Ten billion in Singapore? Who is being extreme Professor Ng?

I read recently the report on TRE of a speech given by Professor Ng Yew Kwang in support of the government’s hugely unpopular economic and population policies. Surprisingly for a professor of economics his arguments were extremely weak and practically un-hinged from reality. To see an intellectual of such supposed standing resort to ludicrous anecdotes and analogies in support of government policies that are harmful and unsustainable was shocking. In fact his arguments were so poor that he incited the ire of many TRE readers who were ferocious in their criticism and ultimately inspired the professor to respond. Unfortunately the professor’s response was just as disappointing and so I would like to point out what I see as the main flaws with his reasoning.

First of all the professor makes the classic mistake of dividing the world into two groups – those who understand him and those who do not. Of course to those who understand are delivered thanks whereas those who do not are described as extreme and emotional. The professor in his ivory tower presumably does not countenance the hypothesis that he may in fact be incorrect in any respect – a very unscientific and dull-headed position to take.

The professor in his reasoning seems to enjoy reminding readers of the Singapore of the 1960s. So, who is being extreme? Comparing today with the period a few short years after independence is practically the most extreme position one could take – the only more outlandish points of view would be to either indulge in time travel to the future, or rewind to the days colonialism. By making the most extreme comparison possible the professor, who is educated enough to know better, undermines the credibility of his argument.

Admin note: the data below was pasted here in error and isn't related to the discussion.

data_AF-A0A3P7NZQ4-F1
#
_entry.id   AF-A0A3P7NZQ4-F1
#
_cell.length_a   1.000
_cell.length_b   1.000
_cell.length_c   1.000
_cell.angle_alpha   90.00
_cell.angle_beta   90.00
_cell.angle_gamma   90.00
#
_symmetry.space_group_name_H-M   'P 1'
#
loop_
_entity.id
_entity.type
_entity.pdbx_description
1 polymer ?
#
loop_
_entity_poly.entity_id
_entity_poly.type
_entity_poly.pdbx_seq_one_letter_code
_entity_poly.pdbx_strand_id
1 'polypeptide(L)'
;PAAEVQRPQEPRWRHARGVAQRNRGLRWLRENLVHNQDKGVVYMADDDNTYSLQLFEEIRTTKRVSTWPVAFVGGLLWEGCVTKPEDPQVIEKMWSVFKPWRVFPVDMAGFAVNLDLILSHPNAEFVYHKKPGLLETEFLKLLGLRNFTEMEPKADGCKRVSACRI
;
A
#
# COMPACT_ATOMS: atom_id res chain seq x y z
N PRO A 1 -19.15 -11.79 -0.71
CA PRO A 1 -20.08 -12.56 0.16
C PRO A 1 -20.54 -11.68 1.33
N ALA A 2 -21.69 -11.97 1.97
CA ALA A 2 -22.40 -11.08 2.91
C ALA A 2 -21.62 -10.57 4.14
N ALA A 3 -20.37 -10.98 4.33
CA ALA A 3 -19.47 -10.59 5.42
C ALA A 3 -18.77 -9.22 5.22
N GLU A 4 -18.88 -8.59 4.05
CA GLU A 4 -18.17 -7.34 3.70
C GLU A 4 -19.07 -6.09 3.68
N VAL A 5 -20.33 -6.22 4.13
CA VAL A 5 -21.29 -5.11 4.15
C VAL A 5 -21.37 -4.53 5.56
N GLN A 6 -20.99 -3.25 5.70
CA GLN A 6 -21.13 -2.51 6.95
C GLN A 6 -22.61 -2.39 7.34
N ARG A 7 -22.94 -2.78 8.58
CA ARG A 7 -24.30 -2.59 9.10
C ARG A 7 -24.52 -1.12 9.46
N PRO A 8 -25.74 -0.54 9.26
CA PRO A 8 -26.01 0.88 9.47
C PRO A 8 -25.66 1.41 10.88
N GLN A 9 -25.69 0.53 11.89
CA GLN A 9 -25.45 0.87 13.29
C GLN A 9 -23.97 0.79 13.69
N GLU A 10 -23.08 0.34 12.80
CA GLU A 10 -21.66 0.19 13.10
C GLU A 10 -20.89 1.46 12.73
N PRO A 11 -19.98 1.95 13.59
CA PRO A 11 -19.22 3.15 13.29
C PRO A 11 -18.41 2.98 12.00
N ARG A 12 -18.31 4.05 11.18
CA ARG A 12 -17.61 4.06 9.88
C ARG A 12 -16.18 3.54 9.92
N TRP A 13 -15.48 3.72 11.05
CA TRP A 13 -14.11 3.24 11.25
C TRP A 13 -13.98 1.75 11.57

Next up, as an economist, the professor must understand the importance of data and statistics. In spite of this, he launches straight into anecdotal evidence in support of the efficiency of Singapore’s transport system. You see, apparently, there was this time (once) where the professor just missed catching a bus, but by the power of Lee Hsien Loong and 5.3 million helping hands, SMRT were able to provide for another bus to arrive “less than 1 or 2 minutes” later. Are we supposed to be impressed? Is this story, which the professor would have trouble citing in Wikipedia, never mind an academic journal, supposed to convince us of the benefits of a higher population?

To be fair, the professor attempts in his reply to back pedal from some of his more ludicrous original claims – what originally was “we should also think, if each person pays the same tax, same amount to spend on the road, if we half the number of people, then the width of the road will probably also be halved” becomes “Of course, the widths of roads in Singapore will not be halved overnight if half of the people disappear overnight”. But the point is still massively unconvincing. Apparently we are supposed to look at long-term trends. Then what is the long-term trend? If not overnight, then how many years would it take for the roads to shrink by half? Will the government gather up all the saved space and put it to more productive use, like house building? Of course not, in fact the professor tries to wriggle out of the argument with his assumption that tax and spending have to rise and fall in tandem with population, and, most tellingly of all he says “facilities should be expanded in the long run”.